Ex-L.A. Mayor Richard Riordan, who helped lead our fair city into this mess, is among many past and present political leaders who are warning of increasing budgetary insolvency risks both locally and nationally because he claims [link] it will make it almost impossible to sell governmental bonds and establish economic stability.
Meanwhile, in Greece we’re seeing a Greek bureaucracy that is still struggling to make long-overdue cuts and get rid of inept officials to placate European neighboring countries willing to bail out that country as some Greeks riot suggesting that those rioting still “just don’t get it”.
And in this country, concerns over how we’re becoming all too similar to Greece and risk our own financial Armageddon also suggest that Americans opposing change in how we operate over here “just don’t get it”, either.
And while the GOP and the Democrats fight to get our budgets into order, the problem still remains that healthcare costs still haven’t gone down despite passage of the Health Care Reform Act, and the number of jobless families relying on state-budget-destroying Medicaid obligations might bring up the question of whether we should focus on job creation before any other priority.
American joblessness drags on while we’re still unable to limit-set with employers justifying slave labor, and with political forces crossing moral boundaries to get power, so the consequences of foreigners intentionally having American-born babies might call into question when we’re going to respect the true intent of the 14th Amendment, which was to grant U.S. citizenship specifically for those descendants of kidnapped African slaves.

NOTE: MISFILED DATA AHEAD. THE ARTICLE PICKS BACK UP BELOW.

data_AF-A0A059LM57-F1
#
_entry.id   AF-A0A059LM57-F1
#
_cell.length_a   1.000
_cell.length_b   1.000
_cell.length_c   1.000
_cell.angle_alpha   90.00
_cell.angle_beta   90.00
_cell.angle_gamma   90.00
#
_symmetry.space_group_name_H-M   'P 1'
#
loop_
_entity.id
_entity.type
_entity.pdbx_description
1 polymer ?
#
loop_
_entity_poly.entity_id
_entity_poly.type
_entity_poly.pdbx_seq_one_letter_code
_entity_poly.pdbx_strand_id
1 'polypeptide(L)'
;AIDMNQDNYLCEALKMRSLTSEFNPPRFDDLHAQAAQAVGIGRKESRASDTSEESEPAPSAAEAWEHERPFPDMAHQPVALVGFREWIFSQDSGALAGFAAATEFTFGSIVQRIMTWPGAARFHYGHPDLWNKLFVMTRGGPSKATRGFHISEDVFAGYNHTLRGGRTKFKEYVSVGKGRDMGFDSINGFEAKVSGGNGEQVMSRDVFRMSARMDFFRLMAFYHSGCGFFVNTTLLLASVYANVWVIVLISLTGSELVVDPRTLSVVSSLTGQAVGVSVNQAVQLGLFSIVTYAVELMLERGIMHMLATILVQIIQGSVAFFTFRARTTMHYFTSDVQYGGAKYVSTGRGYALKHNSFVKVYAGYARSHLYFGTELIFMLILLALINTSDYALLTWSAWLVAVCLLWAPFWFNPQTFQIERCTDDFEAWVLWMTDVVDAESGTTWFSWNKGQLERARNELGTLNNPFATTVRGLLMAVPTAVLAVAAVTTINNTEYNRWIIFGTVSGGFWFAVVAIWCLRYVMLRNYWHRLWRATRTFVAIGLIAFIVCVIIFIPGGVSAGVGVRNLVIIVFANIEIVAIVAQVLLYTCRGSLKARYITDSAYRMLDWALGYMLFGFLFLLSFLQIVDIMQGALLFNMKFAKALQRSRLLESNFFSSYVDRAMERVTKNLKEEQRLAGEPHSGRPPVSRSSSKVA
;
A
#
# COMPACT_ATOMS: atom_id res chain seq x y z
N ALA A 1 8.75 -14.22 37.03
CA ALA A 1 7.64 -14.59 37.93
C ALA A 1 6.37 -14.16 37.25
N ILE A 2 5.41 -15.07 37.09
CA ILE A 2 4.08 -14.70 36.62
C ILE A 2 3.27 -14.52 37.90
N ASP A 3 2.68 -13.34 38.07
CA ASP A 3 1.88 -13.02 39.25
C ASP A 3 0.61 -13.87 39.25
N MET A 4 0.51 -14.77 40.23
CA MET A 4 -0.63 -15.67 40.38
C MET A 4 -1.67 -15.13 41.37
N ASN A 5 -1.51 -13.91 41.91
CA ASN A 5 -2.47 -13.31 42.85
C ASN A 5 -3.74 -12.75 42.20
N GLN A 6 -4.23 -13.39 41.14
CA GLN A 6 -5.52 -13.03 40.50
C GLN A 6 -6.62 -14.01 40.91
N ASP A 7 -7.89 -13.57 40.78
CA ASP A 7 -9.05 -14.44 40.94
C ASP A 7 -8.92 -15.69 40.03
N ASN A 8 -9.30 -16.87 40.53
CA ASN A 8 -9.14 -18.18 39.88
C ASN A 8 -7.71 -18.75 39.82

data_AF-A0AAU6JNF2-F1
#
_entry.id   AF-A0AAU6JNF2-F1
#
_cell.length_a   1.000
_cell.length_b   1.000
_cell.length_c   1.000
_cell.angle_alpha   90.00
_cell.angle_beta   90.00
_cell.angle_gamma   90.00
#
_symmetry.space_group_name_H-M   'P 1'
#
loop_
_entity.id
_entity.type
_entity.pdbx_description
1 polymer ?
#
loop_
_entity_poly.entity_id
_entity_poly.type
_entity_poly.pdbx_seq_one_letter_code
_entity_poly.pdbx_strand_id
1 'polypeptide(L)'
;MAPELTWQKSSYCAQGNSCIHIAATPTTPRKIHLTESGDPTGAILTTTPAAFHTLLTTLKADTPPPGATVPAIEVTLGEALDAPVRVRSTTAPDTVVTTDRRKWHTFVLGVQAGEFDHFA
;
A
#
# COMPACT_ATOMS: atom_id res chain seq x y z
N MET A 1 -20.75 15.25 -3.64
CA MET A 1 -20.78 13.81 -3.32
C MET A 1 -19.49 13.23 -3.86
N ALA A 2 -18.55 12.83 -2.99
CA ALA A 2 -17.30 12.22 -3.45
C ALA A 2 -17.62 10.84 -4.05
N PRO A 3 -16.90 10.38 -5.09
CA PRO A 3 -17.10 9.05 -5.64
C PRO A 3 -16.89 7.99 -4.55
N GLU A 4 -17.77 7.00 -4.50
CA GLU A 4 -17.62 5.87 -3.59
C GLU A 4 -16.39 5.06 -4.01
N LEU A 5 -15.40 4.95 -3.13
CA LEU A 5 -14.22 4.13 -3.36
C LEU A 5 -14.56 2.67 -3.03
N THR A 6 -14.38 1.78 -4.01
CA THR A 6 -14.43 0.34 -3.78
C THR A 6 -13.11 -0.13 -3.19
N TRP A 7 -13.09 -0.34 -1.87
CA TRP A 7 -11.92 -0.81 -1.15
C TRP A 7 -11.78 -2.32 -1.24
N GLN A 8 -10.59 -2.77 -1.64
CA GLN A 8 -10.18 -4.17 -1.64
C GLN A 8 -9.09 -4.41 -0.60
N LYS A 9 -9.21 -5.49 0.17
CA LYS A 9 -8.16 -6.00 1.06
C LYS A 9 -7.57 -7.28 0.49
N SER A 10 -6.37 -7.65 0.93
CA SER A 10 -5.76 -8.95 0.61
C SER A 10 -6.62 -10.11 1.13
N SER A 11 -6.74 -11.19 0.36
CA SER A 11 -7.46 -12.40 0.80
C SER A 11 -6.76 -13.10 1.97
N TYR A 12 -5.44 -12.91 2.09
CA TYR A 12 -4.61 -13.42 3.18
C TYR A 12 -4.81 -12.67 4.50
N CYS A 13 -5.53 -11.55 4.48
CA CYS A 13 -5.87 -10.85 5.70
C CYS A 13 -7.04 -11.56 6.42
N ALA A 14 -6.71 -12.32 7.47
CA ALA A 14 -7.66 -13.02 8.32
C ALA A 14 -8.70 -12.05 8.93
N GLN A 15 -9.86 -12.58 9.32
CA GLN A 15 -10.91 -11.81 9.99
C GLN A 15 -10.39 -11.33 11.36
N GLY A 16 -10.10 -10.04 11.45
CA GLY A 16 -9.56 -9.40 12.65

Worsening the joblessness is the recent business culture that emphasizes “getting mine” for those at the tippity-top of the corporate ladder—regardless of whether one earned a raise or bonus—over a culture of building something new which calls into question what anyone is doing to encourage job creation.
But there is a path out of our never-ending economic paralysis, which is predicated on good old-fashioned credibility and character and which Governor Brown displayed when he vetoed a smoke-and-mirrors budget from the Democratic Legislature in Sacramento thereby avoiding the same trap as pandering ex-Governor Schwarzenegger.
Perhaps the same credibility and character (and courage!) might get Governor Brown some more support for budget-balancing temporary tax hikes if he also limit-sets with Sacramento public sector unions that have bludgeoned California taxpayers for the past decade? Perhaps this sort of credibility is becoming more attractive to voters?
So perhaps the two folks running for Jane Harman’s seat in the House of Representatives can stop fighting an irrelevant left-right wing battle and give the locals an idea of who can best re-create an employment boom once enjoyed in LAX and the South Bay?
And perhaps we can all just focus on what we need to do, and not just what we want to hear?
Do ya …
(Ken Alpern is a former Boardmember of the Mar Vista Community Council (MVCC), previously co-chaired its Planning and Outreach Committees, and currently cochairs its MVCC Transportation/Infrastructure Committee. He is co-chair of the CD11 Transportation Advisory Committee and chairs the nonprofit Transit Coalition, and can be reached at Alpern@MarVista.org. The views expressed in this article are solely those of Mr. Alpern.) -cw
Tags: Mayor Riordan, Greece, bureaucracy, GOP, Democrats, jobs, joblessness, US citizenship
Vol 9 Issue 49
Pub: June 21, 2011